From the source code:
Numeric opcodes (OP_1ADD, etc) are restricted to operating on 4-byte integers. The semantics are subtle, though: operands must be in the range [-2^31 +1...2^31 -1], but results may overflow (and are valid as long as they are not used in a subsequent numeric operation). CScriptNum enforces those semantics by storing results as an int64 and allowing out-of-range values to be returned as a vector of bytes but throwing an exception if arithmetic is done or the result is interpreted as an integer.
This does not explain why overflowing is allowed, but I guess this has to do with preventing errors (say, 3 billion + 3 billion resulting in a negative number).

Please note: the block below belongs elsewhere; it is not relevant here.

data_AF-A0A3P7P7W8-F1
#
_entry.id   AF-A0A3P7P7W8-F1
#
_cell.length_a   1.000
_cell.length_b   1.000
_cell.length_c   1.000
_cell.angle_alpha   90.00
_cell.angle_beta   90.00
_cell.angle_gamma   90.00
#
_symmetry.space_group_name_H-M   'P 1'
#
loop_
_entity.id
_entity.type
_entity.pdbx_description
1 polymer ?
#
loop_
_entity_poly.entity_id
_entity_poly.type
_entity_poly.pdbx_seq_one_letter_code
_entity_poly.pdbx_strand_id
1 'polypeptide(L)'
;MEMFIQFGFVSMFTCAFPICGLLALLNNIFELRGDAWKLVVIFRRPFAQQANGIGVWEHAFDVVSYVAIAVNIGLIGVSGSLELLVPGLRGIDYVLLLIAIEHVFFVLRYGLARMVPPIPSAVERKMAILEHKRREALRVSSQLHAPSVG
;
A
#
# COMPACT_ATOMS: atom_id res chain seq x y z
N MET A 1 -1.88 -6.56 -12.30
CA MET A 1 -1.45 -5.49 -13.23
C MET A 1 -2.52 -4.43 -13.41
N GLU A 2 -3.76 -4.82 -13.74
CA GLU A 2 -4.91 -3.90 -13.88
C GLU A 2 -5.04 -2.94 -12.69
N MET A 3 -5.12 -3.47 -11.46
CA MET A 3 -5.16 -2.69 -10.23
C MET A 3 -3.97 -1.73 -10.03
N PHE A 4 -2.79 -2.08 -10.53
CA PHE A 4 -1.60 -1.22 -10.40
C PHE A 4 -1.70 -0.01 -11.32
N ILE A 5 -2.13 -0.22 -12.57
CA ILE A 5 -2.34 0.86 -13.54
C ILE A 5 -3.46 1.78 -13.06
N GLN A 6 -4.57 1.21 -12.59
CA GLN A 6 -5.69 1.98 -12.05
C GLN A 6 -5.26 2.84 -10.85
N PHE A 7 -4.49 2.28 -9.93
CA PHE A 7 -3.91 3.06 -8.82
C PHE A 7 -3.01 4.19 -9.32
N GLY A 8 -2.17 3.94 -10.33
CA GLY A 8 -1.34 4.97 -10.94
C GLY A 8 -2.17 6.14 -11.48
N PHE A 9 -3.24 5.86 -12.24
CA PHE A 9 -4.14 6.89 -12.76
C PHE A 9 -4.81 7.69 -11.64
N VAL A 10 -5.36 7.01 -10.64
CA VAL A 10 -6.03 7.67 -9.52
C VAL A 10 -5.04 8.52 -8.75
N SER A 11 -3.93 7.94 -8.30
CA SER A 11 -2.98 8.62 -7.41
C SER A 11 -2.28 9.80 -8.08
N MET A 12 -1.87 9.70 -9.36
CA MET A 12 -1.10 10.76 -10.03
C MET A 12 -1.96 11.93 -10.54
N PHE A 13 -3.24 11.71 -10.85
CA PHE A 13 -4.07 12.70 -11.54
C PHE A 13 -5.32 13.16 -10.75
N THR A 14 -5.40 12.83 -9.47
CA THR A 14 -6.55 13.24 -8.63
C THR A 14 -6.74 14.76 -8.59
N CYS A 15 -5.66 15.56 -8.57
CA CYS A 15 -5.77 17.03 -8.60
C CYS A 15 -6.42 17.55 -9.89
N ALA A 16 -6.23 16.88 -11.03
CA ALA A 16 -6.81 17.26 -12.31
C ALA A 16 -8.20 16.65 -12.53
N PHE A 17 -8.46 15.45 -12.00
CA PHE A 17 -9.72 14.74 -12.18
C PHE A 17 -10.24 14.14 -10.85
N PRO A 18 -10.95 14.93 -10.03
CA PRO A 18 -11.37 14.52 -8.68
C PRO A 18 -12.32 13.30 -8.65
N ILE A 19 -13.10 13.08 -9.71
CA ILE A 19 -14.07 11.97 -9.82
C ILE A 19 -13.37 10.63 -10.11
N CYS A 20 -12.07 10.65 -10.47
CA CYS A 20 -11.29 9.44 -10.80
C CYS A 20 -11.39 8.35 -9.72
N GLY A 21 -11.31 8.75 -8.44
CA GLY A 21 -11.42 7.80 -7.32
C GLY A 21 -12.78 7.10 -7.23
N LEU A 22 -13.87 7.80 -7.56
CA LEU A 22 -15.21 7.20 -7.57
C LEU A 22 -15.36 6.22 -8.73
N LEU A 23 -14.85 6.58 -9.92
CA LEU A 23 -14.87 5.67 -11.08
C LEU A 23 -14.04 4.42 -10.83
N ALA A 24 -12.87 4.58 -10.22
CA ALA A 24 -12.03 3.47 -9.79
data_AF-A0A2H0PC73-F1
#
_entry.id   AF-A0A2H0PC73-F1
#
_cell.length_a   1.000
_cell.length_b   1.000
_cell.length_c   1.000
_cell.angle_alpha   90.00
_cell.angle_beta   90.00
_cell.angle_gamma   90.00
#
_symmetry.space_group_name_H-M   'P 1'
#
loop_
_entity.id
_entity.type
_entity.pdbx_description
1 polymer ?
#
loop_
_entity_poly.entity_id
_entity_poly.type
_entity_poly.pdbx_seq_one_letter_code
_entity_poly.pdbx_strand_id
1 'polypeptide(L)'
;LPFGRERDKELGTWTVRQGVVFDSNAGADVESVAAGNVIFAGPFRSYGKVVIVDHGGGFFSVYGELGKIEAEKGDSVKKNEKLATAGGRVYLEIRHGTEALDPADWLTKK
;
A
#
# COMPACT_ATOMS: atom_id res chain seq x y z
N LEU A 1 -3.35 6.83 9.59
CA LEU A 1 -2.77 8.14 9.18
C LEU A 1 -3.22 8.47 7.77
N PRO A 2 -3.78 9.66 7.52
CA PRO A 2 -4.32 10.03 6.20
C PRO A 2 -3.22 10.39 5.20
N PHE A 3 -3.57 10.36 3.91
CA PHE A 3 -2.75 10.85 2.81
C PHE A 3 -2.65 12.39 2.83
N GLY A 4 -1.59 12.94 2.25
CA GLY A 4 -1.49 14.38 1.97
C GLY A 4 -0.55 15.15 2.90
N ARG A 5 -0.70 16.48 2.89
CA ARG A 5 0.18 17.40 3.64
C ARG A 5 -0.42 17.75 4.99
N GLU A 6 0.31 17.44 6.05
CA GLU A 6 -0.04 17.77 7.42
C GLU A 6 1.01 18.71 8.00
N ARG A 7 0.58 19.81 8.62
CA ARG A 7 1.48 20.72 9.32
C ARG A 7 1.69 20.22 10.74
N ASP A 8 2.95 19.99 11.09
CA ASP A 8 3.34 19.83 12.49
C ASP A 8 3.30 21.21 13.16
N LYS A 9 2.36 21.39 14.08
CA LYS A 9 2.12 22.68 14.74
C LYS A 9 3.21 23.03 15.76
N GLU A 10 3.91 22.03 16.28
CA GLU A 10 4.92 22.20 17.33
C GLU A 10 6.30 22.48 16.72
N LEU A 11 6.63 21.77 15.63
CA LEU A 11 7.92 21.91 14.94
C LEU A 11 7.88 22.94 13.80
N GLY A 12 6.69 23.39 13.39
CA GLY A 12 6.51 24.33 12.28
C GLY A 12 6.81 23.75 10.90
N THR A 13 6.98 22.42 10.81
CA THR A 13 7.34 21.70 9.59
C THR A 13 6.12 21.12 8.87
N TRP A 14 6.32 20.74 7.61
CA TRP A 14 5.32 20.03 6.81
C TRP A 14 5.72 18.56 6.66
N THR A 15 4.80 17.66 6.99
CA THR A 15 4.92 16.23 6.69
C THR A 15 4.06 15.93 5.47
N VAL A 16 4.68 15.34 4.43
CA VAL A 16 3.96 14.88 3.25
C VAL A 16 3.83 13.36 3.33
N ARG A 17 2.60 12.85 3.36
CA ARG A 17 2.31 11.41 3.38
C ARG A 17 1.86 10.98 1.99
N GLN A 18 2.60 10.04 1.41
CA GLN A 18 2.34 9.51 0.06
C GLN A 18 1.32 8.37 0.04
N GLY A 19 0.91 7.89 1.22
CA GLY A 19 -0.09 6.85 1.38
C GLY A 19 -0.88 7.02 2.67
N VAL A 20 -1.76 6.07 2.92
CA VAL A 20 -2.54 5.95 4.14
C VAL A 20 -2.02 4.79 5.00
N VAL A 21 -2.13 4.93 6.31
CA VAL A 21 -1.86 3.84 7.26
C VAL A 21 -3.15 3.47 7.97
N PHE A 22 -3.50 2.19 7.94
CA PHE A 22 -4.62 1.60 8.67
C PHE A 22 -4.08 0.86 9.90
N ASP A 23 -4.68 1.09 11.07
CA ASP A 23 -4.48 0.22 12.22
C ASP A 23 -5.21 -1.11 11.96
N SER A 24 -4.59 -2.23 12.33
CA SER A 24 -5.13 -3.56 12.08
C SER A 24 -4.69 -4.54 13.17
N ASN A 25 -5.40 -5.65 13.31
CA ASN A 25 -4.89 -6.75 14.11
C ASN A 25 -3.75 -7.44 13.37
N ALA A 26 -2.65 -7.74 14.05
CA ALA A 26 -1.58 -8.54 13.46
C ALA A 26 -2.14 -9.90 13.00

As for the 4 byte limitation, I assume this is for safety. If there was no limitation, then because CScriptNum stores numbers as signed int64_t values, overflowing that limit (not the stack item overflow described in the previous paragraph) would result in undefined behavior according to the C standard. This is bad practice in general, but very bad in consensus-critical code. Most nodes run x86 Intel processors, but could you imagine how deeply in trouble we would be if a transaction was valid on Raspberry Pi based nodes and invalid on miner nodes, or valid locally on your smartphone and not on the network? All kinds of bad stuff would happen: hard forks, double spends, you name it.
You could also have problems with very large numbers being added to increase their size past the 520 byte push limit, then hashed repeatedly to consume as much CPU time as possible, resulting in a DoS attack.